"The 'normalized' child's activities of work (are) related to the inner construction of the personality. The motivation to learn derives from this source. Teaching which corresponds to this motivation is functional in the child's development. The child's response is the best guide for the teacher. The child's interest and concentration indicates the extent of effectiveness of the teaching methodology in opractice. The child loses motivation when the work is directed to an external goal. Teaching for external goals is not functional in the child's development." (Mario Montessori. Education for Human Development. Schocken Books, New York. 1967 page 67.)

 

The psychological value of work in construction of the conscience or 'soul'  Development of conscience depends on creativity and productivity of 'work'. Work represents interaction with the environment. Work is meaningful if it is of psychological value to the individual as the medium through which the conscience is constructed. Emphasis on extrinsic motivation is disempowering if it ignores the psychological value of work. If the work of learning is directed to external goals, it must also be functional in personality growth and development towards maturity or ‘self-actualisation’. Self-actualisation results from growth which involves not only the simple acquisition of additional habits or attributes one after the other but change of the whole personality.If teaching techniques do not recognise the importance of personality development they alienate the learner from the learning process... ‘dysfunctional learning’.

 

Dysfunctional learning leads to decline in motivation, psychological and spiritual impotence, and the inability to adapt to changing social conditions.  

Intrinsic motivation is derived from motives of human behaviour or 'human needs' Accurate evaluation of the social environment depends on the individual's natural capacity to experience motivation while learning i.e. 'intrinsic motivation'. Intrinsic motivation is derived from the intrinsic motives for learning or 'human needs'. Human needs - including the spiritual needs for growth or 'metaneeds' - provide the basis for education for the whole person i.e. holistic education’. Holistic education is education for the responsibilities of self-knowledge, insight,  understanding and inner harmony or personal freedom i.e. 'inner freedom'. Inner freedom depends on personal integrity and the  'human values' or 'virtues' which are of survival value to the organism because they provide the guidelines of 'intuition' for adaptability to changes in the social environment.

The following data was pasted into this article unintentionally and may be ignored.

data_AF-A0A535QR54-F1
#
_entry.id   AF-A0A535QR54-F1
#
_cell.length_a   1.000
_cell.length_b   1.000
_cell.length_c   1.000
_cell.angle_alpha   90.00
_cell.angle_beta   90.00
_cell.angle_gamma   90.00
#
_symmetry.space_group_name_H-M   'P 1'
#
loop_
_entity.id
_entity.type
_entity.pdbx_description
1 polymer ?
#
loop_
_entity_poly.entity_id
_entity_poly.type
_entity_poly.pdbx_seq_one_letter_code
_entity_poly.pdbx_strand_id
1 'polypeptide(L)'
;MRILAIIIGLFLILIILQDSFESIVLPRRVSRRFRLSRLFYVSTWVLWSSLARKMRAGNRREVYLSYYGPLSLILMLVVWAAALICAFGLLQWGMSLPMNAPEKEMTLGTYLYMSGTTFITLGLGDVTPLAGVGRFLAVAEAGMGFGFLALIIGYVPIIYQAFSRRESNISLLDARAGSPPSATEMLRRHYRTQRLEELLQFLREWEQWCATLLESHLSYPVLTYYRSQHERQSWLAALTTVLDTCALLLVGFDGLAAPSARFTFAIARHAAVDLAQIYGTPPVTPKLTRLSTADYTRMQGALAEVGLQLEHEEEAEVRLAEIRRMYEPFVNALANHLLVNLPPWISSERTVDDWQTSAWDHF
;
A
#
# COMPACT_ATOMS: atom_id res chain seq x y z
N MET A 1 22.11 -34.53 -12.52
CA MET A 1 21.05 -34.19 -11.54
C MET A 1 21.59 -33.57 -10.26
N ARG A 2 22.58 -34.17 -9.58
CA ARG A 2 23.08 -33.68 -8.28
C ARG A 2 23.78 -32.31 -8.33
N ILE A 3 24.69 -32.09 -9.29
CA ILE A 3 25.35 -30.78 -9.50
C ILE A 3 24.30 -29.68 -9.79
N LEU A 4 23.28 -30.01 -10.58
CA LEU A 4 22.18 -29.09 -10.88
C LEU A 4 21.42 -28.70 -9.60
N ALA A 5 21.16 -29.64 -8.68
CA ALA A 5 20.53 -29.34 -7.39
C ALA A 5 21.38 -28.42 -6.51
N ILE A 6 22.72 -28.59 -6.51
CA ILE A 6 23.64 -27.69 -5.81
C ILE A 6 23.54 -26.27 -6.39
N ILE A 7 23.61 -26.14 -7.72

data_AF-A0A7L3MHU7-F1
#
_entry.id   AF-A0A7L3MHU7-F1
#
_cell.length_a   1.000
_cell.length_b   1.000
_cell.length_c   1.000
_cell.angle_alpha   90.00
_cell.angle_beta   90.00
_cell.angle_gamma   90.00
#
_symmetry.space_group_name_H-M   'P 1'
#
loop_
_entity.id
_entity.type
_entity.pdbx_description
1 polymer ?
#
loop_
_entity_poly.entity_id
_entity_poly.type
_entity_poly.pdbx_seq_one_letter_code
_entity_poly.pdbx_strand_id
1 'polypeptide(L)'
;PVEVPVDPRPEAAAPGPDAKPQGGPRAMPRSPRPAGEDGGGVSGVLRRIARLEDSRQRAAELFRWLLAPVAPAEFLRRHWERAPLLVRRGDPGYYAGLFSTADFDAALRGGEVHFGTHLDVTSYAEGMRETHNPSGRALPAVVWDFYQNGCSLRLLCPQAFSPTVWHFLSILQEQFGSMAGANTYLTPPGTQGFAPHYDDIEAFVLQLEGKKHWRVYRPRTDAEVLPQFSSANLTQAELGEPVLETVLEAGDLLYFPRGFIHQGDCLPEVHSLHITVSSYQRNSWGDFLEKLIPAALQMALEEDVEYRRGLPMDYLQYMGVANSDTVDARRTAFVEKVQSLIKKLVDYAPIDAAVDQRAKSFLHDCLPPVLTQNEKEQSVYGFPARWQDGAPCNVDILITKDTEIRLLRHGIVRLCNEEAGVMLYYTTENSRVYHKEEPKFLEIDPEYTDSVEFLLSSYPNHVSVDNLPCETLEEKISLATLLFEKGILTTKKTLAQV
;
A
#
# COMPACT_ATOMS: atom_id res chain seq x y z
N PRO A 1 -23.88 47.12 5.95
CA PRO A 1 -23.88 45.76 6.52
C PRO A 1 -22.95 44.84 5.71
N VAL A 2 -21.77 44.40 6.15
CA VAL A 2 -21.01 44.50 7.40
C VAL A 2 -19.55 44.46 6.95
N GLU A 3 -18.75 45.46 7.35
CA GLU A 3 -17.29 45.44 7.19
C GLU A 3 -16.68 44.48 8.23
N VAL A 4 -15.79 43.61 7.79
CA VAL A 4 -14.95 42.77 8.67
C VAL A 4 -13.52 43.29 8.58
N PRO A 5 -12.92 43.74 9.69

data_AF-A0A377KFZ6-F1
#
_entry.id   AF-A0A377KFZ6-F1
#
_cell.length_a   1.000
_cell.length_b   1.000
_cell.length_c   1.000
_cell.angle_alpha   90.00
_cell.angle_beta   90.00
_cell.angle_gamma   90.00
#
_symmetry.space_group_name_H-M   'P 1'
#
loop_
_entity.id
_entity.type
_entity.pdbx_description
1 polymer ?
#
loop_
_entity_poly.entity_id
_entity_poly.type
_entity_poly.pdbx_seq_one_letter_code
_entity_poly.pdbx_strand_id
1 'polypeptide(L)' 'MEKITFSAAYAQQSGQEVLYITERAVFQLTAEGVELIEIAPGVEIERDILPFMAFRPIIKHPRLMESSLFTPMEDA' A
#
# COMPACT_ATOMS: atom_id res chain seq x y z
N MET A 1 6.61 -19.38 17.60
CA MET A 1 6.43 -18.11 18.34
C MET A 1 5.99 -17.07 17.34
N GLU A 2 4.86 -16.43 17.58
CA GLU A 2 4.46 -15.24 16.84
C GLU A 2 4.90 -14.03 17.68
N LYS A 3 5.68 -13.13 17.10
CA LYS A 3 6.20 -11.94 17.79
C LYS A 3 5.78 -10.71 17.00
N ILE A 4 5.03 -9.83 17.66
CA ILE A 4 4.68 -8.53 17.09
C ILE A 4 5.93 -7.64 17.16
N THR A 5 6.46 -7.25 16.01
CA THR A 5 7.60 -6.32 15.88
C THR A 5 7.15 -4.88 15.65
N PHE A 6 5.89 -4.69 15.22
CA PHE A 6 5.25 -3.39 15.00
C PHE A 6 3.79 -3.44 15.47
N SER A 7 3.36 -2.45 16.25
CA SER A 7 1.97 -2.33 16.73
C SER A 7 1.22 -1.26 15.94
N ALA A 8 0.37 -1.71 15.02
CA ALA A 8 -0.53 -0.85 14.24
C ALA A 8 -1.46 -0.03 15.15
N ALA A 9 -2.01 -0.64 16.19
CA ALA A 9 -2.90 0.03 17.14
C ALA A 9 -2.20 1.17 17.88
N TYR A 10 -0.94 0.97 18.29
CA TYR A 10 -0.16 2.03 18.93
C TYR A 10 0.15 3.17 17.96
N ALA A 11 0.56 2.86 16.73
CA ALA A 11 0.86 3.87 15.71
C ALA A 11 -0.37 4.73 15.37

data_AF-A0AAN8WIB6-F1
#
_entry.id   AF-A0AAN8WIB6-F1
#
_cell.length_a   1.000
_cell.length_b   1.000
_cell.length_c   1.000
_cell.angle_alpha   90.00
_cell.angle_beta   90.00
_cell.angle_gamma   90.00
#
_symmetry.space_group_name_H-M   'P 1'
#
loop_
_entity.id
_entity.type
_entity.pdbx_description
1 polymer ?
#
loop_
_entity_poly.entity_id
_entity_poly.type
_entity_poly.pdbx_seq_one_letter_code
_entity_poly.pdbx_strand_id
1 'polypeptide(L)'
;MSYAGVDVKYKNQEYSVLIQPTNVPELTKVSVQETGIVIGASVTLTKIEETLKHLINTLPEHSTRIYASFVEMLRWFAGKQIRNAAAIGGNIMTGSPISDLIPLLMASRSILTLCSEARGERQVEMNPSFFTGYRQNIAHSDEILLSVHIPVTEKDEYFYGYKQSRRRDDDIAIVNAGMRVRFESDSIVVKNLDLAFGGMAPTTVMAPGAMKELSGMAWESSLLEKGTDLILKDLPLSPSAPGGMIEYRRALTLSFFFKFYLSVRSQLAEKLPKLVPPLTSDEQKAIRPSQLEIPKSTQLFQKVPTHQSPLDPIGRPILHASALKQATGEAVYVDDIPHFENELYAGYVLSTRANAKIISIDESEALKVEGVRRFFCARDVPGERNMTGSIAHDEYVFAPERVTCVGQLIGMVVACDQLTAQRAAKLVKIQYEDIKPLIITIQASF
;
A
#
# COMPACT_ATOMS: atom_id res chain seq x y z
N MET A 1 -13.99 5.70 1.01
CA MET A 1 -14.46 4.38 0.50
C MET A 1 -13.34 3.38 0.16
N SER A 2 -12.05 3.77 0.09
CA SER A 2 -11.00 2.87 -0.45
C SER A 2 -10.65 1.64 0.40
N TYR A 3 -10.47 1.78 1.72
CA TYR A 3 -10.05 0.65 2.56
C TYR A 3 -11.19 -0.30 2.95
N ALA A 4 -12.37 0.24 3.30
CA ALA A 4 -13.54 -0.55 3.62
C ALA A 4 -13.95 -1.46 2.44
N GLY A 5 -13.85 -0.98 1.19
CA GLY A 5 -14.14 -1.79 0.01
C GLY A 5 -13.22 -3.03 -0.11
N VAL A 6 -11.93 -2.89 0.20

Adaptability to social change requires authentic motivation for growth Learning for personality construction and adaptability to social change involves motivation from within for intrinsic goals of growth and maturity of conscience - source of authentic and real intrinsic motivation.

With intrinsic motivation of normal growth, work and study activities are connected to the inner construction of the personality. When the work is directed to an external goal, there is a decline in motivation. This is because learning for external goals is not functional in personality development.

Teaching techniques based on extrinsic motivation are not functional in personal growth and development because they alienate the learner from the learning process. As a result of dysfunctional learning and declining motivation, alienation from the learning process leads to psychological impotence and incompetence and the incapacity for adaptability to changing social conditions.

Teaching which corresponds to the child's natural function of intrinsic motivation is functional in the child's growth and development... growth and change through learning is not a matter of the simple acquisition of habits one after the other. Change involves a total change of the total person, i.e. a new person rather than the same person with certain additional attributes. Teaching for intrinsic motivation is teaching for freedom and learner empowerment. The teacher of freedom has the power of example which is far greater than the power of direction as a means of control.

The problem of motivation in the educational crisis The problem of motivation becomes a politial one. Is education for control and manipulation or is education for freedom and growth?           

Implications for education Teaching techniques which emphasize extrinsic motivation are ineffective in bringing about meaningful learning if they do not engage personality growth and development to self-actualisation. Growth to self-actualisation depends on work and study which is driven by intrinsic motivation and therefore involved in the inner construction of conscience. Developed conscience is an emegent property of the organ of learning or 'brain'. Teaching to the brain's rules for learning - 'brain-based learning' - engages the natural functioning of intrinsic motivation - optimallearning' - which is functional in growth and development or conscience. Development of conscience depends on a learning environment of freedom, empowerment and the facilitation of learning. The teacher's role is defined as 'facilitator'. The facilitative teacher uses the power of example rather than direction and their effectiveness depends on appropriate personal characteristics or ‘attributes’ as well as education or teacher training’.  

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   Compare learning theory of the behavioural paradigm with the learning theory of the holistic paradigm. The behavioural psychology of learning is a limited body of knowledge, useful only to a limited degree and of real interest only to other so-called 'learning theorists'. The behavioural 'learning theory' is based almost entirely on deficit-motivation otherwise known as extrinsic motivation because the goal objects are usually external to the organism.